• Barack Obama is the first black American to become president of the United States. As with any “first,” especially one with such Herculean expectations from all over the world, much is expected of him. I have always known racism continues to exist in the U.S., but until this presidency, I did not realize how deep, how ugly, how far-reaching racism still is. Fox News and racist Americans will jump on the president on any issue no matter which way he turns. I, too, wish he would just ignore the racist idiots. This man has incredible personal courage, but he also has this belief that he can be color-blind, that he can represent all Americans. So, wanting to not show prejudice, he was too quick to judge a black woman who was falsely and unjustly accused by bigots. Yes, President Obama probably is somewhat afraid of white people. He lived with his white mother and grandparents, but when he went to school or anywhere outside his home, he experienced the same racism as other black Americans. In his book “Dreams From My Father,” he wrote that on the basketball court….”I could find a community of sorts, with an inner life all its own. It was there that I would make my closest white friends, on turf where blackness couldn’t be a disadvantage.” There, too, he said, he met other blacks close to his age who had “begun to trickle into the islands, teenagers whose confusion and anger would help shape my own.” He began to hear from these black youths such comments as “That’s just how white folks will do you.” Thinking about the comment, he recalled the first boy, in seventh grade, “who called me a coon;” the boy’s “tears of surprise and ‘Why’dya do that?’ …when I gave him a bloody nose. The tennis pro who told me during a tournament that I shouldn’t touch the schedule of matches pinned up to the bulletin board because my color might rub off; his thin-lipped, red-faced smile–‘Can’t you take a joke?’…when I threatened to report him. The older woman in my grandparents’ apartment building who became agitated when I got on the elevator behind her and ran out to tell the manager that I was following her; her refusal to apologize when she was told that I lived in the building. Our assistant basketball coach, a young, wiry man from New York… who, after a pick-up game with some talkative black men, had muttered within earshot of me and three of my teammates that we shouldn’t have lost to a bunch of niggers; and who, when I told him – with a fury that surprised even me – to shut up, had calmly explained the apparently obvious fact that “there are black people and there are niggers. Those guys are niggers.” Our first black president has unique experiences that I believe will make him a great president. Yes, he too quickly allowed others to judge a woman who has been greatly maligned and greatly hurt by an untruth. I can only imagine the sorrow he feels for her and his sadness for his part in it. He is learning and the time will come when he will give the bully a bloody nose.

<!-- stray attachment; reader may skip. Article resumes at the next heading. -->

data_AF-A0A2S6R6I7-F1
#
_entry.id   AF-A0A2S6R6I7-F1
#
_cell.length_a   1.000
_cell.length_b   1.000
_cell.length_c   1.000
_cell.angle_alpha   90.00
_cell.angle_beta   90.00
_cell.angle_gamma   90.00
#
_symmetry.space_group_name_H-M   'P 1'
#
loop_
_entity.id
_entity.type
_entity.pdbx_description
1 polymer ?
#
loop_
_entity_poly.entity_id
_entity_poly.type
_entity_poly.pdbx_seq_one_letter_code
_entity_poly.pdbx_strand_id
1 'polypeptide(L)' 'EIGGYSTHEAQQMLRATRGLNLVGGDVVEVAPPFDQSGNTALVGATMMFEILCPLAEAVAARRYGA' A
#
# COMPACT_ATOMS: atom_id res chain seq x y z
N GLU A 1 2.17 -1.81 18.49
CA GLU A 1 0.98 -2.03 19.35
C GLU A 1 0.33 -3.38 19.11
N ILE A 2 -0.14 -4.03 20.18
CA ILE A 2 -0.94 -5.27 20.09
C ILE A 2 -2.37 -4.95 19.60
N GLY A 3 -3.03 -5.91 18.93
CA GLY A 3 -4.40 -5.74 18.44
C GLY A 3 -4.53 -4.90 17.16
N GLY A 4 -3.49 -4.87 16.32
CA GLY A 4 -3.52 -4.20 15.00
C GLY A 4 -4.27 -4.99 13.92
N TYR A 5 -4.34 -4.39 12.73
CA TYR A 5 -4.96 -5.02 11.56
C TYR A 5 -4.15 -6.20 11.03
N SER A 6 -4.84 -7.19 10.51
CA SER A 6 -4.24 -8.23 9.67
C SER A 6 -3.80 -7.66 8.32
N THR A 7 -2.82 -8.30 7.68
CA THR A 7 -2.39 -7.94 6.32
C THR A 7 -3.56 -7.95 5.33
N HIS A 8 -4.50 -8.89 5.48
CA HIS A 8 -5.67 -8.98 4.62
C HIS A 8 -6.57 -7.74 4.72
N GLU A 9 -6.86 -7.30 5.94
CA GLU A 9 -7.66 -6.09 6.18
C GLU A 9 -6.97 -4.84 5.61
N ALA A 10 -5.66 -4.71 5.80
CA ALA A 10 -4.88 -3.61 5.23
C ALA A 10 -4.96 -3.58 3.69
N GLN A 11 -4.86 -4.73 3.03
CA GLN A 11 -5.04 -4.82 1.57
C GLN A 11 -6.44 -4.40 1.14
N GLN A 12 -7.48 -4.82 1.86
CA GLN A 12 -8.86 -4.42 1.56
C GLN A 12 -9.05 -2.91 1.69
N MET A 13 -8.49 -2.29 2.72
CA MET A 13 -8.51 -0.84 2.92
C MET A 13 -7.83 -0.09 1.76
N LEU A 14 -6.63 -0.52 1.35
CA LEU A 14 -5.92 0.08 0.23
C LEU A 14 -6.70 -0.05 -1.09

• Sandra, what a wonderful explanation! Well written, insightful and should be published far and wide! Billy G.

  • This is another reason why Black Americans should not give 90% support to the Democrats. When you do that, infighting begins. Sad to say but many Blacks still have that plantation mentality; they will do anything to get into the “Big House” and if it means throwing another Black overboard, then so be it. Many have been programmed to behave like “good niggers who won’t upset the apple cart”; many still seek White approval or crumbs.
    • Its problematic to be an independent and not give 100% to the Democratic
    • Its problematic to wear dreads, natural nappy hair or braids in corporate America
    What is wrong with being an owner, who produce and distribute? Why should Blacks be workers and consumers, while the Arabs and Koreans exploit the community? No, I am not racist buy why should I be a passive person and not question what no other community allow to occur in their neighborhood, media or workplace?

  • I agree with Janice. And I believe that the Democrats are a bunch of wimps, only wanting to be elected. I think Bush is an idiot and inneffective, but Bush would have stood by his people. It seems as if every time a white pulls a string Obama moves – thats is indeed gutless.